by Janine Jackson
A federal appeals court has overturned FCC chair Ajit Pai‘s attempt to gut the subsidy that makes it possible for low-income communities to access broadband. For reasons known only to themselves, the FCC’s Republican majority voted last fall to make it much harder for people, including tribal residents, to obtain a subsidy provided by a program appropriately called Lifeline.
Lifeline helps people who qualify with a $9.25 monthly subsidy to buy phone and Internet service; for those living on tribal lands, the subsidy is $25 in recognition of additional hurdles to access they face. Nearly 11 million people subscribe, which still just represents 28 percent of eligible households.
As Jon Brodkin at Ars Technica (2/4/19) reminds, the Lifeline program started as a landline phone subsidy under Reagan, then became a wireless subsidy program under George W. Bush, then a phone and Internet subsidy program under Obama. It is, in other words, not a controversial thing, but seen as a relatively cheap way to bridge an increasingly critical and unconscionable divide—that is, until we get to Trump’s FCC and former Verizon lawyer Pai.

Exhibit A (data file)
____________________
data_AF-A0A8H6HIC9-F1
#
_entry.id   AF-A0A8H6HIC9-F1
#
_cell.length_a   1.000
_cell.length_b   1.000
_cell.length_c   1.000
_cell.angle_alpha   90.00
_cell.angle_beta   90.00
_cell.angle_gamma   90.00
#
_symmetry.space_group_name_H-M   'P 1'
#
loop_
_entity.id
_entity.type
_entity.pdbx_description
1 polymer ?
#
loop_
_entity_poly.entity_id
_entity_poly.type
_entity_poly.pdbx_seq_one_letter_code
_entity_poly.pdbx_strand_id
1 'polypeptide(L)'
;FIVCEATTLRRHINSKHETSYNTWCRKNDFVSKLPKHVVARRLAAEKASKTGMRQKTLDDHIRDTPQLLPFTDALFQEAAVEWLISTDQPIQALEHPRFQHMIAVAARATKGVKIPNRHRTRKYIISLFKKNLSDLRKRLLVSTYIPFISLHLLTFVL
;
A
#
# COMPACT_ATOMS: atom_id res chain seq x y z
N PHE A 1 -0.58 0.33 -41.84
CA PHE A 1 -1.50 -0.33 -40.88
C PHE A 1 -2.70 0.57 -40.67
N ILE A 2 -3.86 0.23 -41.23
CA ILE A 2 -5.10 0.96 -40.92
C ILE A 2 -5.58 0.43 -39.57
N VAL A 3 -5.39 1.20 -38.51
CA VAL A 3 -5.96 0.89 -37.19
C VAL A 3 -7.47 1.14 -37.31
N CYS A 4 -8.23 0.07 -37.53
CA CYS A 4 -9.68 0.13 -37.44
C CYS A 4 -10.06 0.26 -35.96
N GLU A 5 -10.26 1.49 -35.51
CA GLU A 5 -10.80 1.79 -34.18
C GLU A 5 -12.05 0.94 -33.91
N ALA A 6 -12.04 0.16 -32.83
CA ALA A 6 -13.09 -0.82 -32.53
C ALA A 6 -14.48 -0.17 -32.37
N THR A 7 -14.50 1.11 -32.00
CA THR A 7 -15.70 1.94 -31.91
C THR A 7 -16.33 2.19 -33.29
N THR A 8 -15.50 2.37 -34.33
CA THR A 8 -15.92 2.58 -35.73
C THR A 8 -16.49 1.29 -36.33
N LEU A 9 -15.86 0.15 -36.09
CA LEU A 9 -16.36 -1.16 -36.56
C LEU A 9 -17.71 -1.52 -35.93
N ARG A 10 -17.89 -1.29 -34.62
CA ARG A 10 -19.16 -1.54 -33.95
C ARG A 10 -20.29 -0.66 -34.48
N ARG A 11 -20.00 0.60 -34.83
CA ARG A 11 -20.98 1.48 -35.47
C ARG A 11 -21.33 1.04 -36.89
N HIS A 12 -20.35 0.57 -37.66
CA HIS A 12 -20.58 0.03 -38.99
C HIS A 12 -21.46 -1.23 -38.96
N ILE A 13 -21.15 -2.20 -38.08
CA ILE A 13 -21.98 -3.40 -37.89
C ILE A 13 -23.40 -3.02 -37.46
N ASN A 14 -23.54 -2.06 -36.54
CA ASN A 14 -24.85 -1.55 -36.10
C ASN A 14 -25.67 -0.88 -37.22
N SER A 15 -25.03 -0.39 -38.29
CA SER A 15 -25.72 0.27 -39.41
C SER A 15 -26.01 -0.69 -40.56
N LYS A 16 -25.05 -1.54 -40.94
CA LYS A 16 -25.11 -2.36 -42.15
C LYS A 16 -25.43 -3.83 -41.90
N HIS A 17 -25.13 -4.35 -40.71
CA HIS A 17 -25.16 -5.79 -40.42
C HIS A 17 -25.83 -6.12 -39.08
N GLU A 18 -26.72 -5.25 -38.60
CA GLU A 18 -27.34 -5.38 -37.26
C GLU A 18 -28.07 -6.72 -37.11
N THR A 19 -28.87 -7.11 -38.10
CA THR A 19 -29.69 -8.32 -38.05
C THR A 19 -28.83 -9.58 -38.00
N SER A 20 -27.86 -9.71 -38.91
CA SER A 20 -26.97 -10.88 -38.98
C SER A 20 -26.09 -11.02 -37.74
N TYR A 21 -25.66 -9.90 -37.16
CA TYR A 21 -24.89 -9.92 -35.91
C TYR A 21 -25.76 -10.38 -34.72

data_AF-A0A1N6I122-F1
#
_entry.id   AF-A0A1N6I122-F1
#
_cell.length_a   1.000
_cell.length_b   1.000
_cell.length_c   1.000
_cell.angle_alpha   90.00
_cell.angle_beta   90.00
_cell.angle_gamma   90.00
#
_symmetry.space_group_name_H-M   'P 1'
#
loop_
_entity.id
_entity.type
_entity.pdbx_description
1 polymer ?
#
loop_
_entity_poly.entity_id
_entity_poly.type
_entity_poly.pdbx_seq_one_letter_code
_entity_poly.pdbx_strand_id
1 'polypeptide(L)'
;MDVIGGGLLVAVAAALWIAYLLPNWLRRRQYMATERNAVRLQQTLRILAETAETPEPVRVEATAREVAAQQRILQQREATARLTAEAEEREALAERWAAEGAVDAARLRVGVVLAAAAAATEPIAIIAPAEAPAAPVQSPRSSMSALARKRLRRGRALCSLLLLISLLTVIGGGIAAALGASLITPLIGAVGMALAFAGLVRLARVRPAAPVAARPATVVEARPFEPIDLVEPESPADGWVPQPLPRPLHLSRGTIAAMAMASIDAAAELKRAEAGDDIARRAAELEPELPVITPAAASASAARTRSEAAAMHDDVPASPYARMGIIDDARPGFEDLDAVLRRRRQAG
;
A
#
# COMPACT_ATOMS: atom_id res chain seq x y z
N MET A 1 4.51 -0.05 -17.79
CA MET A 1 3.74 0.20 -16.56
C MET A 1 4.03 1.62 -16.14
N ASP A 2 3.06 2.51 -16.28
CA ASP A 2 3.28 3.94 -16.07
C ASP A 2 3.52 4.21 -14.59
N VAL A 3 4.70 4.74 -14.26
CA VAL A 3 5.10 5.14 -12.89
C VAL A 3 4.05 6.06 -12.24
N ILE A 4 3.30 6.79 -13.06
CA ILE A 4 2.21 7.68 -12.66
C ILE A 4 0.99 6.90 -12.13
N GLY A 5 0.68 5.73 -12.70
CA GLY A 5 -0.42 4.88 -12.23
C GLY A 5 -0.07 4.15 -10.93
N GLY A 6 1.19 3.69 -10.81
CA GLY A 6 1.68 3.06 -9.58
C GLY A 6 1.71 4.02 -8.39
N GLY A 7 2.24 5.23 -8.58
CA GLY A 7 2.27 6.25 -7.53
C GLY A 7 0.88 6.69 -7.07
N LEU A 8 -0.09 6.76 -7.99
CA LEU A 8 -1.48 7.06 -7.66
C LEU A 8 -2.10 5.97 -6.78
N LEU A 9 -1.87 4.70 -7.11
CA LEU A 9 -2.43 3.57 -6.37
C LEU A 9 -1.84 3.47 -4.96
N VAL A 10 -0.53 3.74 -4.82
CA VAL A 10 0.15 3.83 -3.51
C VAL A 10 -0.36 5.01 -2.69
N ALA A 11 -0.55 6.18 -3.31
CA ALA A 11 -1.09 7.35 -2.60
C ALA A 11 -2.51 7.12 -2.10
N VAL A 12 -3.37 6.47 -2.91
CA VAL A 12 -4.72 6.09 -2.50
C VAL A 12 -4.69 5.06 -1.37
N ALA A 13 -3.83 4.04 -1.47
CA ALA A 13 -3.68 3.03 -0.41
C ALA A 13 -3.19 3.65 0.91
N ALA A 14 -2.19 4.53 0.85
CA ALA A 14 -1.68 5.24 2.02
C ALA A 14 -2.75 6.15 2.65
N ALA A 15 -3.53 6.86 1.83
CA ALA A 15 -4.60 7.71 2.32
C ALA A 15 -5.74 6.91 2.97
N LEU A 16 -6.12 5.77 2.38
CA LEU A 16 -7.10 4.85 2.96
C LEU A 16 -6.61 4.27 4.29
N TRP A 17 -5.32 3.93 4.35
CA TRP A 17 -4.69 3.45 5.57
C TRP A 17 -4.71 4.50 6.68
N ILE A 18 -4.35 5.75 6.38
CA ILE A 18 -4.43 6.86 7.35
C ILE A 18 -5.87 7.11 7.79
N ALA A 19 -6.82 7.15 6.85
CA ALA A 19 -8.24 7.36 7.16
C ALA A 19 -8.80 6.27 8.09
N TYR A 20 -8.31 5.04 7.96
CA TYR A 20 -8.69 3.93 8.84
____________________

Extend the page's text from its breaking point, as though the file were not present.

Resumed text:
As part of their evident “public interest, what’s that?” philosophy, Pai and pals pushed through a change of policy to limit access to Lifeline last fall; they just didn’t bother to make a case. The US Court of Appeals for the District of Columbia Circuit stayed the FCC decision pending appeal, and, as Brodkin reports, the same court followed that up early this month with a ruling that reversed the FCC decision and remanded the matter back to the commission for a new rule-making proceeding.
Among other should-be-embarrassing things, the judges wrote that the Commission’s decisions were “arbitrary and capricious,” without “a reasoned explanation… supported by record evidence.” And the agency
ignored that its decision is a fundamental change that adversely affects the access and affordability of service for residents of Tribal lands. Similarly, in adopting the Tribal Rural Limitation, the Commission’s decision evinces no consideration of the impact on service access and affordability.
It’s almost as if they don’t have the public interest at heart.